High Frequency Measurements
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Probes and equipment used in signal integrity and EMC work
This course delivers practical knowledge for signal integrity design troubleshooting and verification that can be used immediately on the job.
The course material contains design tips and troubleshooting techniques developed by Doug Smith, the Course Tutor, many of which are unpublished and have solved engineering problems in less than a day that were not solved by published methods with weeks or months of effort. Electronic engineers from all fields will find this course useful.
This course can be taken in conjunction with the EMC and ESD Lab Techniques for Designers course for a discount fee of £1611.00 (a saving of £179.00). To register for both courses, select the discount package on checkout.
This course is part of Oxford University's High-Speed Digital, Analogue and EMC Engineering Month.
The "High Frequency Measurements" course covers a broad range of topics from measurement techniques to PCB / PWB and chip package design and troubleshooting issues.
This course describes in depth how to measure signal and noise in high speed digital and analogue circuits. These measurements are then used to characterize high speed effects in electronic circuits including design verification and troubleshooting. Sources of measurement error are discussed. The measurement techniques are related to design issues to improve signal integrity, equipment EMC performance, and improve the overall reliability of electronic systems.
These days it is very important to be able to sort through the advertising claims to use the right measurement equipment for the job.
This is especially true for active differential probes which may not be giving you accurate measurements unless you understand their design criteria. Just using a major brand does not mean the probe will work for your case, even if the advertising says it will. The result is increased cost of your designs as the effect is often a reading of noise that is significantly larger than what is in the circuit.
Emphasis is placed on delivering practical knowledge to SI and circuit designers that can be used immediately on the job. Some class time is reserved to discuss problems and interests of those attending. Each seminar delivery is modified to fit the interests of the attending students.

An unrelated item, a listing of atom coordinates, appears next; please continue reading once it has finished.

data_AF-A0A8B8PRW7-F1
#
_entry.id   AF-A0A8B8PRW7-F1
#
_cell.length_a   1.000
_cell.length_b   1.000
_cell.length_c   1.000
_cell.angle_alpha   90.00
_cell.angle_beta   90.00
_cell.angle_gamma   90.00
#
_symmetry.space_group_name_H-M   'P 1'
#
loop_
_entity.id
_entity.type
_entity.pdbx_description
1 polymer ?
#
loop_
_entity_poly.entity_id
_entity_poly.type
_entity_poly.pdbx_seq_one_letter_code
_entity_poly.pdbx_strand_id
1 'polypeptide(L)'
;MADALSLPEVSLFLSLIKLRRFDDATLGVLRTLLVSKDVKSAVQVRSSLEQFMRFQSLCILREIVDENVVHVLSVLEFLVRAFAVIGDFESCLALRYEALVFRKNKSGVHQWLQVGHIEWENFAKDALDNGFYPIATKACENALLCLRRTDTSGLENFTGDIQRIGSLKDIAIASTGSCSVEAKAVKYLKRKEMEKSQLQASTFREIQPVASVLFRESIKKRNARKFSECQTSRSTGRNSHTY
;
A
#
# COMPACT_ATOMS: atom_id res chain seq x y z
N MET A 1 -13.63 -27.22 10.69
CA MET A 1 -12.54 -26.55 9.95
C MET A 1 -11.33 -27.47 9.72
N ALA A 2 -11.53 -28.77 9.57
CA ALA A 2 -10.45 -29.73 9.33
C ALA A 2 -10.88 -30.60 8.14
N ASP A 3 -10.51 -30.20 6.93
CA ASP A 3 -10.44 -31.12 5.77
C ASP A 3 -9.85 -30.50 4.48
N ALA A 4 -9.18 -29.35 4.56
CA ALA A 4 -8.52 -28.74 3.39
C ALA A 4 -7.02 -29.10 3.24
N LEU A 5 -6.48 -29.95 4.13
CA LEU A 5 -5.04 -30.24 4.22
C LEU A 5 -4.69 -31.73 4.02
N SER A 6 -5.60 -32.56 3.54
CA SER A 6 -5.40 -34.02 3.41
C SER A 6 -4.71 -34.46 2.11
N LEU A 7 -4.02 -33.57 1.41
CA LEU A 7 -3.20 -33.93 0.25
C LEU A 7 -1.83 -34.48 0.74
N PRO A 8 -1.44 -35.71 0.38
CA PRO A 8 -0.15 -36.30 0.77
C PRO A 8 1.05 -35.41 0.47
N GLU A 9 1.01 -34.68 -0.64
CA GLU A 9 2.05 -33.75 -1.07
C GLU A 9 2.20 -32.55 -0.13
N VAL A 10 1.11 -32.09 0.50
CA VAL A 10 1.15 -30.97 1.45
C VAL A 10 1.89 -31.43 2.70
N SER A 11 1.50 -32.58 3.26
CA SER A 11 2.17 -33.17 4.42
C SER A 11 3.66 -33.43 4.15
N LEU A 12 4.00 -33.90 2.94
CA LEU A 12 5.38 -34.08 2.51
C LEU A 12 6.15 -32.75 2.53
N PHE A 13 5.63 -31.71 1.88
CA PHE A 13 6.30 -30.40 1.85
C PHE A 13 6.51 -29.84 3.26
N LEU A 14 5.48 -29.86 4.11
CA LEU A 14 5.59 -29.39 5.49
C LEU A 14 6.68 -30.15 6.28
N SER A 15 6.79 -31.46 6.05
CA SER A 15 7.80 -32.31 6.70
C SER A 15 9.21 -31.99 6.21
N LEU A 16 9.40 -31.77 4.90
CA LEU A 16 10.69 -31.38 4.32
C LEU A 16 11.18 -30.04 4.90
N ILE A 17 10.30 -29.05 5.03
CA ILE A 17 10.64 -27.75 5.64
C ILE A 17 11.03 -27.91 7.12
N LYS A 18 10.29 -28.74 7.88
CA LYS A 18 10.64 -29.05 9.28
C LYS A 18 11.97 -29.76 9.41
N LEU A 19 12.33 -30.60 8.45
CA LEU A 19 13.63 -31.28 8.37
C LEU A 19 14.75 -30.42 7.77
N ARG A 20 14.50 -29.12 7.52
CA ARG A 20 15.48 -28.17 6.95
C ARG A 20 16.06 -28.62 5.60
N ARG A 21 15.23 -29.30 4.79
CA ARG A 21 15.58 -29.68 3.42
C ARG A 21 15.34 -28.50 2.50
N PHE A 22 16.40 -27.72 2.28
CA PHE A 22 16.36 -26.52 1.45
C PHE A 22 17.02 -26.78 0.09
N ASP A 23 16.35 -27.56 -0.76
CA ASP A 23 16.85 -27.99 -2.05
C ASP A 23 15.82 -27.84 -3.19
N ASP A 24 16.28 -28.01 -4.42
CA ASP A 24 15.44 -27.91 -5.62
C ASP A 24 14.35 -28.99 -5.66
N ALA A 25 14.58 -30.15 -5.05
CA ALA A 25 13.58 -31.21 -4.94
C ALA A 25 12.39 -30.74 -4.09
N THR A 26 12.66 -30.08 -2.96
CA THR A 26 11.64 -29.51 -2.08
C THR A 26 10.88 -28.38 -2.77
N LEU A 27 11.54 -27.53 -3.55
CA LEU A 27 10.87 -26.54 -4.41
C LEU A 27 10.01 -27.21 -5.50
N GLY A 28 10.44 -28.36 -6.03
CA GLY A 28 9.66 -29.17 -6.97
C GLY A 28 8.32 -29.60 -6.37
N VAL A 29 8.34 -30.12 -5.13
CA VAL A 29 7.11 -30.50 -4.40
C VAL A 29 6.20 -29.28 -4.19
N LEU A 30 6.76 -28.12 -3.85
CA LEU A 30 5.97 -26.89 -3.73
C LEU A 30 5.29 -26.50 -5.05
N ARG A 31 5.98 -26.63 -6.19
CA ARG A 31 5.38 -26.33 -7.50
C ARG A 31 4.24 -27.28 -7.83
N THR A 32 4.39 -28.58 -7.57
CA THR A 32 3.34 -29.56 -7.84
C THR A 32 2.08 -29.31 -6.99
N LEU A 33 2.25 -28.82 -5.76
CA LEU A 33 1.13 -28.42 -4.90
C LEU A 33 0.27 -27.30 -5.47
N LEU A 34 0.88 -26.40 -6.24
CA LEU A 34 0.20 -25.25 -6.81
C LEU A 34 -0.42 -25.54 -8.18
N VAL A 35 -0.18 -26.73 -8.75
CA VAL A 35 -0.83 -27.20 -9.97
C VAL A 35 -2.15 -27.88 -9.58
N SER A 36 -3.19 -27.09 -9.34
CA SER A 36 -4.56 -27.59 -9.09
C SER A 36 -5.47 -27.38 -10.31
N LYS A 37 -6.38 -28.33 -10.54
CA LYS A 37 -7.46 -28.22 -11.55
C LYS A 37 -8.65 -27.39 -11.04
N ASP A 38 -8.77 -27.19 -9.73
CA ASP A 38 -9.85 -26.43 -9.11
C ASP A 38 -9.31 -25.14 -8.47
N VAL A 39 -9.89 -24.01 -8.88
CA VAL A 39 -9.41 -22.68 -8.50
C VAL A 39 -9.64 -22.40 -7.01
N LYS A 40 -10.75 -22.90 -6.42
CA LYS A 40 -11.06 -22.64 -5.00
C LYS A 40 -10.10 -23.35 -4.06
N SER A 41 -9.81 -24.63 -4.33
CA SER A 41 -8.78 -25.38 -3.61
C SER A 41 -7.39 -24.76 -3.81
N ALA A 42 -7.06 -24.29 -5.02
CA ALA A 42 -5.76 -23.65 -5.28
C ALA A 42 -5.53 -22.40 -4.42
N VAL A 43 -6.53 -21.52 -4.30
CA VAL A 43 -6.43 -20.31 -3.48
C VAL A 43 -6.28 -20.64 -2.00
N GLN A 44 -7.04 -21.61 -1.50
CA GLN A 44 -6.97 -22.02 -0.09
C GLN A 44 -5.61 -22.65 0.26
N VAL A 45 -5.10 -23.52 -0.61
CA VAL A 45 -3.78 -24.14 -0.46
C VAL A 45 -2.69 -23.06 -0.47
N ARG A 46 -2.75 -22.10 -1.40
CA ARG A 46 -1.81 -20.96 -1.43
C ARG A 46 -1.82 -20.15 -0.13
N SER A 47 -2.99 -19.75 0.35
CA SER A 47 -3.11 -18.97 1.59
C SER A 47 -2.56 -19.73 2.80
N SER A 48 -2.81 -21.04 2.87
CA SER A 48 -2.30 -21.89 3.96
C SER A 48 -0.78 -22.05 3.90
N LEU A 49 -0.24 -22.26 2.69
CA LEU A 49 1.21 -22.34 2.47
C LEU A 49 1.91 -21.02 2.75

- Understand the subtleties and effects of high frequency measurement techniques and their application to signal integrity, system performance, and EMC
- Learn to locate and fix difficult signal quality or noise problems in a design
- Understand and apply techniques for measurement verification to ensure accurate signal measurements
- Learn about noise related reliability problems in system and board design
- Apply high frequency measurement techniques to signal integrity, operational, and EMC problems to improve the reliability of a design
- Learn good circuit design and signal integrity/EMC principles and to avoid common and unusual design problems
- Learn construction techniques for useful laboratory probes that often outperform expensive commercial probes for signal measurements
- Develop the ability to spot limitations of measurement apparatus from the "fine print" in measurement apparatus and probe specifications
Visit the links below to view additional videos by Doug Smith.
Test and measurement equipment for this course is supplied by Agilent Technologies.
- Shielded cable operation
- Skin effect
- di/dt and dv/dt effects in circuit and measurements
- Null experiments to verify measurement results
- Circuit board and system level design issues
- Effects of system cables on signal transmission
- Single ended and differential
- Sources of measurement error
- Useful home built probes
Current and Magnetic Field Measurements
- Magnetic loop operation and application to signal integrity and noise problems (quite distinct from EMC uses of these probes)
- Current probe operation and application to signal integrity and noise problems
- Utilizing phase information between two current probes to debug noise problems
- Sources of error
- Useful home built probes
- Intermittent board and system level problems
- Signal integrity
- EMC problems and their relationship to signal integrity
- ESD problems and their relationship to signal integrity and system operation.
- Switching power supply induced corruption of signals far removed from the supply that result in intermittent problems
- Methods for determining if an IC package, with its accompanying parasitics, will robustly support the edge rates and clock speed of the chip inside.